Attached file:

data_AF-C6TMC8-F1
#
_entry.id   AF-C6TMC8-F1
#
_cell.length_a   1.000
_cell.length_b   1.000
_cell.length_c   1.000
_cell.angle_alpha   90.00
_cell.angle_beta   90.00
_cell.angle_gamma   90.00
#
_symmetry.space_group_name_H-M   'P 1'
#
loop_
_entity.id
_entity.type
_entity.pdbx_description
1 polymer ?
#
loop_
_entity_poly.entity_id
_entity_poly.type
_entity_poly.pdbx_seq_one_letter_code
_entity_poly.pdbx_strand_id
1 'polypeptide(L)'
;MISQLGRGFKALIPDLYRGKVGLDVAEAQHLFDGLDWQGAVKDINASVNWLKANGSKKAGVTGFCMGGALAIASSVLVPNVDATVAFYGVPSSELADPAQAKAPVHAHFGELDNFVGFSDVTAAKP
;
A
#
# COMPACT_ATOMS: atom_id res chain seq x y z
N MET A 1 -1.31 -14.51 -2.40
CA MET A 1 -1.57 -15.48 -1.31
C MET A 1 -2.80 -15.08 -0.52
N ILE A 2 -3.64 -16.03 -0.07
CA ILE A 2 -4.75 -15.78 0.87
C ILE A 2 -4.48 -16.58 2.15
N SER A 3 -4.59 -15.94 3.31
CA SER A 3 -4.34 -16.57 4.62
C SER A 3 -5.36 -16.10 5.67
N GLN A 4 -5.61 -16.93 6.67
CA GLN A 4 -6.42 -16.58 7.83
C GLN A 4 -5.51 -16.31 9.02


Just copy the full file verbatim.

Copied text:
data_AF-C6TMC8-F1
#
_entry.id   AF-C6TMC8-F1
#
_cell.length_a   1.000
_cell.length_b   1.000
_cell.length_c   1.000
_cell.angle_alpha   90.00
_cell.angle_beta   90.00
_cell.angle_gamma   90.00
#
_symmetry.space_group_name_H-M   'P 1'
#
loop_
_entity.id
_entity.type
_entity.pdbx_description
1 polymer ?
#
loop_
_entity_poly.entity_id
_entity_poly.type
_entity_poly.pdbx_seq_one_letter_code
_entity_poly.pdbx_strand_id
1 'polypeptide(L)'
;MISQLGRGFKALIPDLYRGKVGLDVAEAQHLFDGLDWQGAVKDINASVNWLKANGSKKAGVTGFCMGGALAIASSVLVPNVDATVAFYGVPSSELADPAQAKAPVHAHFGELDNFVGFSDVTAAKP
;
A
#
# COMPACT_ATOMS: atom_id res chain seq x y z
N MET A 1 -1.31 -14.51 -2.40
CA MET A 1 -1.57 -15.48 -1.31
C MET A 1 -2.80 -15.08 -0.52
N ILE A 2 -3.64 -16.03 -0.07
CA ILE A 2 -4.75 -15.78 0.87
C ILE A 2 -4.48 -16.58 2.15
N SER A 3 -4.59 -15.94 3.31
CA SER A 3 -4.34 -16.57 4.62
C SER A 3 -5.36 -16.10 5.67
N GLN A 4 -5.61 -16.93 6.67
CA GLN A 4 -6.42 -16.58 7.83
C GLN A 4 -5.51 -16.31 9.02